A production deployment will also require more thought about IPs. In our demo, we use a single local IP. In production, we’d want to bind Consul client to the private IP of the hosts. In fact, all but port 80 of Nginx should be on private IPs unless ELB is used. This leaves the IP to use to connect to the Consul server cluster, which is most easily provided with an elastic IP to one of them or an internal ELB.


Star and Watch our GitHub repo for future example updates, such as using AWS CLI Tools with Docker Compose, example configurations with other Cloud providers, among others.


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Source: 3blades – App and Workspace Discovery Demo

Which College Should I Choose? (R Script)

Like many of you, I like to learn based on trial and error, so I decided to try to run my first R script and from “Michael L. Thompson’s script” and adapt it to this new experiment.

This script will tell you which college is best for you based on your ethnicity, age, region and SAT score. Although this is a generic example, it can be easily replicated using 3Blades’s Jupyter Notebook (R) version. Simply select this option when launching a new workspace from your project.

Who Are You?

Let’s pretend you are a foreign citizen that came here from Latin America on a H1-B and you are looking for a B.S. in Engineering. You are about to turn 30 and got married not that long ago and a kid is on his way. You are still earning under 75k but you are certain that if you get this career change you will jump into the 100K club, so what are your best choices to achieve that in the west coast?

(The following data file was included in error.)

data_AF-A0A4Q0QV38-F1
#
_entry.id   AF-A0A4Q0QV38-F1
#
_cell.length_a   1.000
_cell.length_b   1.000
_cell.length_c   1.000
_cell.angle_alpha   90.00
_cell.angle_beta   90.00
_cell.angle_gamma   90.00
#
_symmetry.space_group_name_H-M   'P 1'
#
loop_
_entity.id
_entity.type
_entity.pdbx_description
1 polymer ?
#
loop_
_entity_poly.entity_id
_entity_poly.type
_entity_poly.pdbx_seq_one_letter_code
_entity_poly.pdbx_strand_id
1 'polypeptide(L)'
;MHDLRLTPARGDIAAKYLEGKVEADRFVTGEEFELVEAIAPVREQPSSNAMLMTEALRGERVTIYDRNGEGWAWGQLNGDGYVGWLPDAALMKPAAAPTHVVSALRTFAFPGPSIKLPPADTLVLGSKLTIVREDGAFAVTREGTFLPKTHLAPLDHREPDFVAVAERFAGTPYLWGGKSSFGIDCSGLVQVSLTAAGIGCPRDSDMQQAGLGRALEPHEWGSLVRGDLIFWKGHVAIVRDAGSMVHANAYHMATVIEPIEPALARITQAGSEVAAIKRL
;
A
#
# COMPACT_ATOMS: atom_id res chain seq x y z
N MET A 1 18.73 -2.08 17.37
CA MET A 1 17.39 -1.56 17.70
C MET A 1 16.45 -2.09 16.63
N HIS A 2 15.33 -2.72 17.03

studentProfile = list(
    dependent = TRUE,           
    ethnicity = 'hispanic',     
    gender    = 'male',         
    age       = 'gt24',         
    income    = 'gt30Kle110K',  
    earnings  = 'gt48Kle75K',   
    sat       = 'gt1400', 
    fasfa     = 'fsend_5',     
    discipline= 'Engineering', 
    region    = 'FarWest',      
    locale    = 'CityLarge',    
    traits    = list(          
      Risk      = 'M',
      Vision    = 'M',
      Breadth   = 'M',
      Challenge = 'M') 

Setup the Data & Model

This code loads the college database and defines necessary data structures and functions to implement the model.

## Loading college database ...Done.

Now, here are the top colleges so you can make a wise decision

# ENTER N, for top-N colleges:
ntop <- 10
studentProfile$beta <- getParameters(studentProfile,propertyMap)